It was almost noon on June 2, 2021 and it was 90F outside. I was working in the field with Cordelia, a research assistant for Dr. Cabot and she was teaching me how to connect the tape with the manifold in a drip irrigation system. Suddenly we heard a voice asking for help to identify some bugs. We both looked back and saw a gentleman standing in front of an SUV in the middle of a plot prepared for sweet corn plantation, who was showing us a ziplock bag and asking whether the bugs were good or bad. I was a little surprised by the situation as we were at an irrigation Experiment Station doing different experiments on agricultural water conservation. When I asked Cordelia why he was there with the bugs, she simply responded that “local people trust us so much, and they think we can help them in every way.” Cordelia asked him to keep the bag with the bugs and she would speak with an entomologist. After this instance, I realized how the local communities trust this AES. Through the science communication training that I have been receiving over the last two years as a National Research Trainee of Interdisciplinary Training, Education and Research in Food-Energy-Water Systems (InTERFEWS) at CSU, I know that trust is a crucial component for science communication, especially if we want to highlight water-related science in water-stressed regions.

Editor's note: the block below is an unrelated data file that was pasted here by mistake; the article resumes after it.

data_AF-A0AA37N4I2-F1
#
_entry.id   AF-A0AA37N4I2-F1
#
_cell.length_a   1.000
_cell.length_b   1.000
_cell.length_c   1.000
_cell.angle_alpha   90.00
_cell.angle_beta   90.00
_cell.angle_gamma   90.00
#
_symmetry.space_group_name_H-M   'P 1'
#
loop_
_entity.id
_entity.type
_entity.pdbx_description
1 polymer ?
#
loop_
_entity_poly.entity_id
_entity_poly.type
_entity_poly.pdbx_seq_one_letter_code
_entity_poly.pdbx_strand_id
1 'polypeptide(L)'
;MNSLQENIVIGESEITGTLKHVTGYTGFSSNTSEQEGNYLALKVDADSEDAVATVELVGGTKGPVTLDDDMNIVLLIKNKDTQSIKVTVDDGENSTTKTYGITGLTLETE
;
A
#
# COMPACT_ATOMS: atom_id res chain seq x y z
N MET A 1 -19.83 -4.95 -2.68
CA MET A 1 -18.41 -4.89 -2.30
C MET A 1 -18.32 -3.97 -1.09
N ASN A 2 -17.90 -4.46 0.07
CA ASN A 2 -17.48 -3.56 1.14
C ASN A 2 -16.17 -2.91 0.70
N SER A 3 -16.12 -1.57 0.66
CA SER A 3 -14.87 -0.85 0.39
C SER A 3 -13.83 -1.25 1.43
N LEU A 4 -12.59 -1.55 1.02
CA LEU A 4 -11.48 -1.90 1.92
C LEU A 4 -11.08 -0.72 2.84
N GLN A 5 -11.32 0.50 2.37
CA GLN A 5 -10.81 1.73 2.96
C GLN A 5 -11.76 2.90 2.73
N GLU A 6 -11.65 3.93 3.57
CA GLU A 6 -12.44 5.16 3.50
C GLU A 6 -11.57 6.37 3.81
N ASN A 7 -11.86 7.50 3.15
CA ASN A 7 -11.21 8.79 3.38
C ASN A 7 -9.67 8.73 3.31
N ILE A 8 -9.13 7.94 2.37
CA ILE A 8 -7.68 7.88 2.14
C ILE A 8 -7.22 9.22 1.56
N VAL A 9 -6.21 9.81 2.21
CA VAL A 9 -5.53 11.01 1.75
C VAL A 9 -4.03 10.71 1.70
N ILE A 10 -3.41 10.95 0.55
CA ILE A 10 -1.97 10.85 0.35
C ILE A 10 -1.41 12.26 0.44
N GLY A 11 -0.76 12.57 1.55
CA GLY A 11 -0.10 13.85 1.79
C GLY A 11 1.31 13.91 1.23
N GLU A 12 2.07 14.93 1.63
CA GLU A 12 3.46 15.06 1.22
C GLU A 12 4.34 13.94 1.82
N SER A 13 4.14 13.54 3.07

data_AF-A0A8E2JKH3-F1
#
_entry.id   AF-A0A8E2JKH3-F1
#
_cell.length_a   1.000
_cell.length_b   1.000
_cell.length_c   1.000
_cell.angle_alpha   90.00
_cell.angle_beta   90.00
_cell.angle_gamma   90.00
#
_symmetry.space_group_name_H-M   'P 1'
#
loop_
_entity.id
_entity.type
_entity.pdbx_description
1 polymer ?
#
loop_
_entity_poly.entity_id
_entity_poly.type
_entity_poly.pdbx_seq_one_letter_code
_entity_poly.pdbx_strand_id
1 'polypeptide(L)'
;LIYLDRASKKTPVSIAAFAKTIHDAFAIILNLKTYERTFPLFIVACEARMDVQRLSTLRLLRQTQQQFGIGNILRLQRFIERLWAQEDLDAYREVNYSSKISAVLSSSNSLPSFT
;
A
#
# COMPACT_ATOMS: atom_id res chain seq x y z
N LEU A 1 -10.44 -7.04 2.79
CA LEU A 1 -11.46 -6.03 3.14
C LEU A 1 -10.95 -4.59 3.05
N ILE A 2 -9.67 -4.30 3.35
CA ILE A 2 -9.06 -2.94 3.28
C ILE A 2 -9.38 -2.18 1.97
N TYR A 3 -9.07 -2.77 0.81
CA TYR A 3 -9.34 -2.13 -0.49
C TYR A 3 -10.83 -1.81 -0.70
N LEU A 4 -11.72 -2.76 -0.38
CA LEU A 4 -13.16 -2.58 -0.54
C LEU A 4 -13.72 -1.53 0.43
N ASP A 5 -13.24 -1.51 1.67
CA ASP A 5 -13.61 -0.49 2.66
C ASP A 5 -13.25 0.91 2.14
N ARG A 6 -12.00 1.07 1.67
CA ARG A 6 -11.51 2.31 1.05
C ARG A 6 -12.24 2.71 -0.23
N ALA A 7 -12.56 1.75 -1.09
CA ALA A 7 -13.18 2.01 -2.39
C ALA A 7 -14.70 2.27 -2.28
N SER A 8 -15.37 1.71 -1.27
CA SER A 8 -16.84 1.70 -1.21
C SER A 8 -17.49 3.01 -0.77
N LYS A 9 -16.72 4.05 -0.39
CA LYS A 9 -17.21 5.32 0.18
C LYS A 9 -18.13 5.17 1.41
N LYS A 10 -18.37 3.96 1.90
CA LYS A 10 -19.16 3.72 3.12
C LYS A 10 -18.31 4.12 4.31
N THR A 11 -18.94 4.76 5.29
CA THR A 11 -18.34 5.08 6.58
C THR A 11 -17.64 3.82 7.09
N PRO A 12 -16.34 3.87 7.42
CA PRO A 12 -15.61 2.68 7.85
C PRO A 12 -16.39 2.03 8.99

Scenario 3: Community Engagement